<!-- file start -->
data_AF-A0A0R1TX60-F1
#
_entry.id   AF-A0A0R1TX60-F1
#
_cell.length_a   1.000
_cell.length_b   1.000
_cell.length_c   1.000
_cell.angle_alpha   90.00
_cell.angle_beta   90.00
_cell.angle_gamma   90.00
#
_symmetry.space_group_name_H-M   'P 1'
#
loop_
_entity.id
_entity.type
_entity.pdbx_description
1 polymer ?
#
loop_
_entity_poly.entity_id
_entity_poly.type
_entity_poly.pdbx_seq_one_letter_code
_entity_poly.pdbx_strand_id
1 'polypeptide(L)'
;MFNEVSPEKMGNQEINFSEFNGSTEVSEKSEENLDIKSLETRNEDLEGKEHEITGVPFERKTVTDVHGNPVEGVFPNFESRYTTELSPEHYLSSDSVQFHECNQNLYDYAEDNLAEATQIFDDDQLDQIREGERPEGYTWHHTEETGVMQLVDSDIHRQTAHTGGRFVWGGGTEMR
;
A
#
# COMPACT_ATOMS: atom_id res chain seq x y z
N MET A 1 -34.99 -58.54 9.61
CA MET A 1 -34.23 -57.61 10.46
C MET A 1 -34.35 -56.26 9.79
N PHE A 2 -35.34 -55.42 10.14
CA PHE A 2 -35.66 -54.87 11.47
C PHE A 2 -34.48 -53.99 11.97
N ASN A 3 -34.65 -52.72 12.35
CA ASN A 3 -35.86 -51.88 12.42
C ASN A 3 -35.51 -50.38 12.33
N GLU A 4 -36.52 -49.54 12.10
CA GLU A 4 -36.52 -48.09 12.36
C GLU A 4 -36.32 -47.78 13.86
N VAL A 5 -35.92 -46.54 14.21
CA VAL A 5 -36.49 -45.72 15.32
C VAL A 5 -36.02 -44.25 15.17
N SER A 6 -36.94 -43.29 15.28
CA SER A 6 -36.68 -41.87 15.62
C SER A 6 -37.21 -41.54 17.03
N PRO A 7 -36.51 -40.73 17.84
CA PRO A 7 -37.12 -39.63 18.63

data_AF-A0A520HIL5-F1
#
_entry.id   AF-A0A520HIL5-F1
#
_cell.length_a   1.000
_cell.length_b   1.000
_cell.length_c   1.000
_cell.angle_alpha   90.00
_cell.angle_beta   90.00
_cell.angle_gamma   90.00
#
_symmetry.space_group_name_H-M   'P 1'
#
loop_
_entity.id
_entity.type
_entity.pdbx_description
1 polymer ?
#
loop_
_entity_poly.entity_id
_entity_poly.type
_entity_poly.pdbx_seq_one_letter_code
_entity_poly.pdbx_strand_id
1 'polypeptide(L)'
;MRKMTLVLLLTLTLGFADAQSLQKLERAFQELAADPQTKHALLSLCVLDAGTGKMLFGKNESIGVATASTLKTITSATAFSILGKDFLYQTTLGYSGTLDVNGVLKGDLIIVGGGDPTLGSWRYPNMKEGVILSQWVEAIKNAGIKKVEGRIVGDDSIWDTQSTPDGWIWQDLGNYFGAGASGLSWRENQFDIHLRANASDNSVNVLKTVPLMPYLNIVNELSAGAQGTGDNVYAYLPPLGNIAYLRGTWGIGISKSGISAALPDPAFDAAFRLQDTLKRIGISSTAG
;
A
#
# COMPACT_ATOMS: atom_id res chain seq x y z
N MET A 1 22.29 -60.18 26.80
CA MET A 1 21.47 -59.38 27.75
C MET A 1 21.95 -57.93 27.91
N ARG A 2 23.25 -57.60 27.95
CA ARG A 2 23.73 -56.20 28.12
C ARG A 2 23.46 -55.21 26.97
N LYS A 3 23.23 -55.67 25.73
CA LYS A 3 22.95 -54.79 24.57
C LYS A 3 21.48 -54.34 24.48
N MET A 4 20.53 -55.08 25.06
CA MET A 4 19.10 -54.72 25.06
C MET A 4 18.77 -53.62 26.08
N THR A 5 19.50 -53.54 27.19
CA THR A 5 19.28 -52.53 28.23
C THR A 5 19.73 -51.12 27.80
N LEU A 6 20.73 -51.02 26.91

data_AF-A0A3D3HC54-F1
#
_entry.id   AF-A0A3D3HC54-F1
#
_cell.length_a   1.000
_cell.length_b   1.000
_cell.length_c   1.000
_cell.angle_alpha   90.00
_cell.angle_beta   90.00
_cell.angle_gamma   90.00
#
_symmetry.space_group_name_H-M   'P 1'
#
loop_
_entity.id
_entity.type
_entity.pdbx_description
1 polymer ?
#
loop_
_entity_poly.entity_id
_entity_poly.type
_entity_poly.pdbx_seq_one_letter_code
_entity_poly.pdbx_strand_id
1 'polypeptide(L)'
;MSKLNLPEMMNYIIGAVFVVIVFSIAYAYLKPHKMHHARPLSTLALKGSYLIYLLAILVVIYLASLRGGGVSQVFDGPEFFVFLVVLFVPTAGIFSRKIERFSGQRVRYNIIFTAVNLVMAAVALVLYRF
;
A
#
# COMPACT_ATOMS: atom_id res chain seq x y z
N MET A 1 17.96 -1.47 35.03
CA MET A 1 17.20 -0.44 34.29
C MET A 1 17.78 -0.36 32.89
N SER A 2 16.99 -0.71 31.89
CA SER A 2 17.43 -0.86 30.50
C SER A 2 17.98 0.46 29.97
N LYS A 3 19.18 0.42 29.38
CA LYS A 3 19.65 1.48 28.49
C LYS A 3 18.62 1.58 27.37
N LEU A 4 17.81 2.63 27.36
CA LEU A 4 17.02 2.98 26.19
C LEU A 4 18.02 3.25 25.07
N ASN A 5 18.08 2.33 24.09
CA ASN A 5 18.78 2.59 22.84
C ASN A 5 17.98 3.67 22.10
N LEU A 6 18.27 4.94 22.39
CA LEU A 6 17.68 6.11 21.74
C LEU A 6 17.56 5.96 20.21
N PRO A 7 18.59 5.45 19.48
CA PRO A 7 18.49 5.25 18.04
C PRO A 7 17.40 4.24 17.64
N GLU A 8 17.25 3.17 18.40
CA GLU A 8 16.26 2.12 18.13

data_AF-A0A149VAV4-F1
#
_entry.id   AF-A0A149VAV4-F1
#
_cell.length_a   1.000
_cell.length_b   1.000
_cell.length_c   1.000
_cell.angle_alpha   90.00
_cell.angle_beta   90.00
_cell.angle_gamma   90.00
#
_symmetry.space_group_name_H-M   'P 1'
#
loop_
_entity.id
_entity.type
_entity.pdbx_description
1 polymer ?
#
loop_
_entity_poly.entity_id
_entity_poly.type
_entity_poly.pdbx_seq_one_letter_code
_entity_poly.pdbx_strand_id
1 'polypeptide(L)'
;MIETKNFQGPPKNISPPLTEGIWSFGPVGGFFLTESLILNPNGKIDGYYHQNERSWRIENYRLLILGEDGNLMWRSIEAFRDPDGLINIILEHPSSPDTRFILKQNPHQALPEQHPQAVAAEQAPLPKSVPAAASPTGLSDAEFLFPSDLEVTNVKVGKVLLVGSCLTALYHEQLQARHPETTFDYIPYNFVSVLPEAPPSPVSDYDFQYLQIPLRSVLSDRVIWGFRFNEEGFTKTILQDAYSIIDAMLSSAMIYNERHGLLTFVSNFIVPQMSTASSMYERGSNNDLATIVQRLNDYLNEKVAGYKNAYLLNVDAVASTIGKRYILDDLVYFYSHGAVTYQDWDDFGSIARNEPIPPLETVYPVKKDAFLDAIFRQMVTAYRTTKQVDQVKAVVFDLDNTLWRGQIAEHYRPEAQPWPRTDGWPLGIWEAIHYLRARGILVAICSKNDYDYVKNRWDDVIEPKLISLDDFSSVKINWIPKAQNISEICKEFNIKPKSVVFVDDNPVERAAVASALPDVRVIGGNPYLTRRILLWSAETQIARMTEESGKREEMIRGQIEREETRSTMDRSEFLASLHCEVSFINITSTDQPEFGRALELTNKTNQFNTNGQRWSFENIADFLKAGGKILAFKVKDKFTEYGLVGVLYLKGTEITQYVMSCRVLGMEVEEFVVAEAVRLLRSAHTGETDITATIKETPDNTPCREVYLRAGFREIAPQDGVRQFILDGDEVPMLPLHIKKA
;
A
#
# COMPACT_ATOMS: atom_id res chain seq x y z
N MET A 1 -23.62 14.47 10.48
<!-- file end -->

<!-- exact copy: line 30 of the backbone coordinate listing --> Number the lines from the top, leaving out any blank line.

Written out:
# COMPACT_ATOMS: atom_id res chain seq x y z